After the earthquake of January the 12th which basically put the country on its knees, it is more pressing today than it has ever been to get united around one agenda so we could do for ourselves what we have been desperately waiting for decades on others to do for us. We cannot and will not accomplish anything if we do not put aside all the bickerings and wranglings that are keeping us apart, thus preventing us from coming together as one people to overcome the challenges and solve our problems.  

The unity movement we are propagating needs to have three legs –social, political and economic. We already have the economic upper hand. We have been contributing about 2 billion dollars a year to the country’s economy. This is no small contribution; it cannot and must not be overlooked.

In any country, the economic power is the engine that tilts the political balance in one way or the other. If you do not represent anything economically speaking, do not expect to weigh anything on the political scale. Your economic standing is the drive that determines your political strength to influence the politics of things. Now that we know we have the economic upper hand, how can we capitalize on it?

We need to create and develop liaison organizations and establish partnerships with the political powerhouses on the ground. Politics is all about cutting deals and making compromises to get what you opt for, which in the world of politics we call LOBBYING. This is a world where you do not get anything with nothing.

If we organize ourselves in a systematic way, playing the game of politics on the ground in Haiti to get, for instance, the dual citizenship bill introduced, voted on in both chambers of Congress, and signed into law by the president of the country will be a piece of cake.

That should not be a matter of political struggle, not when we are all Haitians who just happen to be living outside the country. We do not need to be subject to a citizenship test to prove that we are Haitian. Being Haitian is not just a matter of nationality; it is also a matter of heart. Your home is where your heart is. And for most of us, our hearts are in Haiti.  

Way before the earthquake, the country was severely hurting with a brain drain phenomenon –skilled people leaving the country and migrating to foreign lands. The situation has gotten amplified as a result of the disaster. Now very few people with skills are left inside the country, explaining the reason why we are relying on these NGOs to take care of the country’s business. As I’ve said many times, the economic brain (skills/savoir faire) and blood (money) of the country are in the Diaspora, not inside the country. So any politics of isolation of the Diaspora is doing nothing but further alienating the country.

We have enough manpower and expertise in our ranks to rebuild our earthquake-stricken and poverty-stricken nation. Quite frankly, I refuse being entertained with the idea that a foreign country or dignitary has the solution to our problems; I reject any proposal that wants to make believe that the international community is here to rescue the country from the abyss it finds itself today. Believing in such foolishness is to believe in Santa Claus. Nine months after the quake, we are still sitting on our butts allowing ourselves being played by an international community that does not really give a damn about us.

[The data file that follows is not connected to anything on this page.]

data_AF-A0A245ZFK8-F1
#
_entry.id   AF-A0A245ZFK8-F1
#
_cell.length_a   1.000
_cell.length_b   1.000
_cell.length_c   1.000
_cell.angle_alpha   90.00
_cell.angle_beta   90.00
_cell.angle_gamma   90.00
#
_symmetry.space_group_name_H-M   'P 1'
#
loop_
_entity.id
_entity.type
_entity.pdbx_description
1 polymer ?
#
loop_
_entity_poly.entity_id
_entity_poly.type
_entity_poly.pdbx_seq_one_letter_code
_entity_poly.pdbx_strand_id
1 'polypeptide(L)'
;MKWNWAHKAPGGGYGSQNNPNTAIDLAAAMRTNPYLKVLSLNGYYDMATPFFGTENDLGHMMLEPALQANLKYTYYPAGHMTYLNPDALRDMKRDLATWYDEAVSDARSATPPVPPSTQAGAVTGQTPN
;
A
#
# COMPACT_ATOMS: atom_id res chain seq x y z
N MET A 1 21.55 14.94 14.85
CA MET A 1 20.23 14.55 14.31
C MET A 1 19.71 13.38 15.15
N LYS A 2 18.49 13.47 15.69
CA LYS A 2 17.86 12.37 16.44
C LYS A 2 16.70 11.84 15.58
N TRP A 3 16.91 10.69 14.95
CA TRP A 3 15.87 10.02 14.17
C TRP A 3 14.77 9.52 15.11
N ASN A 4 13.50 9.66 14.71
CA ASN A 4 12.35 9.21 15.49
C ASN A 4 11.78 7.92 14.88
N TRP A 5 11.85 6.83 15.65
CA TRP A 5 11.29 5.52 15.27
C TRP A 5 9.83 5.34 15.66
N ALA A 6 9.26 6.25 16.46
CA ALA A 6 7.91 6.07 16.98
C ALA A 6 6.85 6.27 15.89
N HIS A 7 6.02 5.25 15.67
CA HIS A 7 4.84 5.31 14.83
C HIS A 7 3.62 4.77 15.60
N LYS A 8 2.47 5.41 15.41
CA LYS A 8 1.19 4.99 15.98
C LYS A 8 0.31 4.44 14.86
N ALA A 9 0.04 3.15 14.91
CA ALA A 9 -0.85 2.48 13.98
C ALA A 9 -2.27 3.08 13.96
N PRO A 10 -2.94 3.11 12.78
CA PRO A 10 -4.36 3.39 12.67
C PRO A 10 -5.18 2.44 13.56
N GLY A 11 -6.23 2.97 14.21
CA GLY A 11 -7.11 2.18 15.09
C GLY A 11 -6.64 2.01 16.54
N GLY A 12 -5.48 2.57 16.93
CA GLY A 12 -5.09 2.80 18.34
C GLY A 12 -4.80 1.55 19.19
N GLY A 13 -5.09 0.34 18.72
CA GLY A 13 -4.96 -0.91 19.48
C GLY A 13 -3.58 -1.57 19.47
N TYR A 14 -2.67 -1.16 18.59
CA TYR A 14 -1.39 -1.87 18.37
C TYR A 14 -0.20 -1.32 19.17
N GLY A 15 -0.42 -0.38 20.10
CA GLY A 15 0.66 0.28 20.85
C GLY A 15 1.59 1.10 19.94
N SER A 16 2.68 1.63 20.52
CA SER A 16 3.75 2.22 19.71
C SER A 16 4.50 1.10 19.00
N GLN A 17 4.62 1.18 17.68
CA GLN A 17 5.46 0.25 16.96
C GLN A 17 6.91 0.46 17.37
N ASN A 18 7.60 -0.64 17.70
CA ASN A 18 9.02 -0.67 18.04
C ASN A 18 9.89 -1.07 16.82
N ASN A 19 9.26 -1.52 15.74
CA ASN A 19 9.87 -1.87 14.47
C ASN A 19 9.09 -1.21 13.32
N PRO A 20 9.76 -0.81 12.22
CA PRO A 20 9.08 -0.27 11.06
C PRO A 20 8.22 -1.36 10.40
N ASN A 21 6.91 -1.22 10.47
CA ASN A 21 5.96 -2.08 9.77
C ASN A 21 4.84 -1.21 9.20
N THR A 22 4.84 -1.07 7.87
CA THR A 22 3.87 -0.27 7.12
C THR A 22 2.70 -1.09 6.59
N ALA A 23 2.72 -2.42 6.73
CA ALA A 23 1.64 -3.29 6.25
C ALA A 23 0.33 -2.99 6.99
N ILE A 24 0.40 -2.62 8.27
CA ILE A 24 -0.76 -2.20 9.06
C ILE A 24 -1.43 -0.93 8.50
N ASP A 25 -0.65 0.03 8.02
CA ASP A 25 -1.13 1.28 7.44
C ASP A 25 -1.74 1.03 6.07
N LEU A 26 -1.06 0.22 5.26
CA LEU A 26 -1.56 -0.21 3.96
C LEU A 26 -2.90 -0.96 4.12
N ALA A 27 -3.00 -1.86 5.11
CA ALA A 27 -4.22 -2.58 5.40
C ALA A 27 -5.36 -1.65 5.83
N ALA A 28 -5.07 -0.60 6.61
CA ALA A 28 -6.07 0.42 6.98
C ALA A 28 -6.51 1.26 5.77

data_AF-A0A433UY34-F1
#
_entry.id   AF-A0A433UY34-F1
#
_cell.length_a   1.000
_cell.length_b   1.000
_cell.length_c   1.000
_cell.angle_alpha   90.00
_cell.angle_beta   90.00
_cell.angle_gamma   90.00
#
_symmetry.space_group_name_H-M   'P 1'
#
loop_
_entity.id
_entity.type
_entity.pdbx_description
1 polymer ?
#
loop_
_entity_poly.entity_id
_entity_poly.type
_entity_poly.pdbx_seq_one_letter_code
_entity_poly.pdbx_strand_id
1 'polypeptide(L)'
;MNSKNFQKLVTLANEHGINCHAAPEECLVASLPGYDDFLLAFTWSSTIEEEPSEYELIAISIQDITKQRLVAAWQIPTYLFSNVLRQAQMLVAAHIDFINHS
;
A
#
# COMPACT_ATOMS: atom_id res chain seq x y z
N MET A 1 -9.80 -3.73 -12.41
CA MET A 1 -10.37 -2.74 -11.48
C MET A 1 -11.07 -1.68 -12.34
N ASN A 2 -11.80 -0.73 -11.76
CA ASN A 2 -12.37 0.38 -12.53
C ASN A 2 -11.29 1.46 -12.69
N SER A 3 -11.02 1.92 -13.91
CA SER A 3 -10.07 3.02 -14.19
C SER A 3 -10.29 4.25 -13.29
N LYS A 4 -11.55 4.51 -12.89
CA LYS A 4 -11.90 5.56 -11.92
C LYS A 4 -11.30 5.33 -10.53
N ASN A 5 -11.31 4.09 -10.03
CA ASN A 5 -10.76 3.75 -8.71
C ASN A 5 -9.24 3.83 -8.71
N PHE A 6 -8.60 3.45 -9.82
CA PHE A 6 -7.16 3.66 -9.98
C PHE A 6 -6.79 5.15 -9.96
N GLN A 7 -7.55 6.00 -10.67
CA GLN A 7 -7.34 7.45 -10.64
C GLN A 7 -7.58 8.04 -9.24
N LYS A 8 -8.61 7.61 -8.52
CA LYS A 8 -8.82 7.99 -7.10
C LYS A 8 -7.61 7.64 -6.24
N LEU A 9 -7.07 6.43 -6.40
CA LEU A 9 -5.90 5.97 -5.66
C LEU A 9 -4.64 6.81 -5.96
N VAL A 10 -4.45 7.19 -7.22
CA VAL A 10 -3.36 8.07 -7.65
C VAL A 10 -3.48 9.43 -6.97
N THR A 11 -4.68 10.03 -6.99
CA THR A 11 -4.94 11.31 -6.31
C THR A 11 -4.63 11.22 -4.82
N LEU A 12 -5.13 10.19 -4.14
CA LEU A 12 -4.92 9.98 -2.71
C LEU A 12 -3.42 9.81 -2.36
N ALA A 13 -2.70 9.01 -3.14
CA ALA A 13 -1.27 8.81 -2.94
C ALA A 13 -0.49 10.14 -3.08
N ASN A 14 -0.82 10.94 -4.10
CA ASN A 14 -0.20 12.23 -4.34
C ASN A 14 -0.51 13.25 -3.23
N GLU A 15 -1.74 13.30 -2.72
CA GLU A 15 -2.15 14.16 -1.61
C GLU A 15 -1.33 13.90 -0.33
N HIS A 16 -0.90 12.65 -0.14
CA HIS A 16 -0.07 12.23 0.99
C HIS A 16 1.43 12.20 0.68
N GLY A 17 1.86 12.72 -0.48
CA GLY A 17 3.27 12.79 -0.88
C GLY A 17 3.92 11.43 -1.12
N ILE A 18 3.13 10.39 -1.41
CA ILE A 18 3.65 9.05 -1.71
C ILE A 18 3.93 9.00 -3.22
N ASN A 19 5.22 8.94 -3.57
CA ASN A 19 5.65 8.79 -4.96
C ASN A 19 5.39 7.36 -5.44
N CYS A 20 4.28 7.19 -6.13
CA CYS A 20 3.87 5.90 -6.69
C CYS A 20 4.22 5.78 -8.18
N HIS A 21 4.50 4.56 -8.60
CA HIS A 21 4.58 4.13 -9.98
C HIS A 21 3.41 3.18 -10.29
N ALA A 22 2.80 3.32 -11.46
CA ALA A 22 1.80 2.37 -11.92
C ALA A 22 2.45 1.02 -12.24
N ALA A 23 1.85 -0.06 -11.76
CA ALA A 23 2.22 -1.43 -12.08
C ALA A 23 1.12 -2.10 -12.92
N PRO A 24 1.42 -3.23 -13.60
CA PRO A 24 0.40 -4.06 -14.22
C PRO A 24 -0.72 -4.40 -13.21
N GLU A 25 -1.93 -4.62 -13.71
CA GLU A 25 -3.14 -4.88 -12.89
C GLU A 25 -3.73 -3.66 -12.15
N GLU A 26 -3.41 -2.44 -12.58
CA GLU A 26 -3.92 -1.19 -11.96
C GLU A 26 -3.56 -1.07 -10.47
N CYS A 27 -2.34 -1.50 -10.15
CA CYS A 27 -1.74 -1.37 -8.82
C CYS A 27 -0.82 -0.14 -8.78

It is time that we open our nostrils and start smelling the coffee. If these guys were going to do for us, they would have done so long ago, especially when some of them were and are still in control of the leadership of the world. In fact, some of them have their prints in the economic and foreign policies that got us where we are in the first place.

It is up to us Haitians to do for ourselves what we want and how we want it done. The rescue of Haiti lies in the hands of the Haitian people. Bill Clinton, however compassionate and sympathetic he may be with respect to the Haitian cause and struggle, cannot do anything for Haiti if we Haitians do not come through to set the tone and tell him what we want and how we want it done.

Finally, we in the Diaspora have this date with history which we need to show up for. We cannot stand her up this time. We need to come together as one to build our nation physically and psychologically like the Jews did to give birth to their independent nation of Israel six decades ago. We –dark-skinned and light-skinned Haitians, peasants and professionals, rich and poor, young and not so young, men and women across all social, religious, economic and political spectrums –need to converge our efforts with our brothers and sisters on the mainland to realize a social and economic 1804. We can make it happen. This is the moment for our generation to write its chapters in Haitian history. We are no different than our forefathers who brought amazement with their heroic spirits to the minds of the skeptics with their political movement that culminated in the independence of our great nation. So let’s not let this date with history bypass us.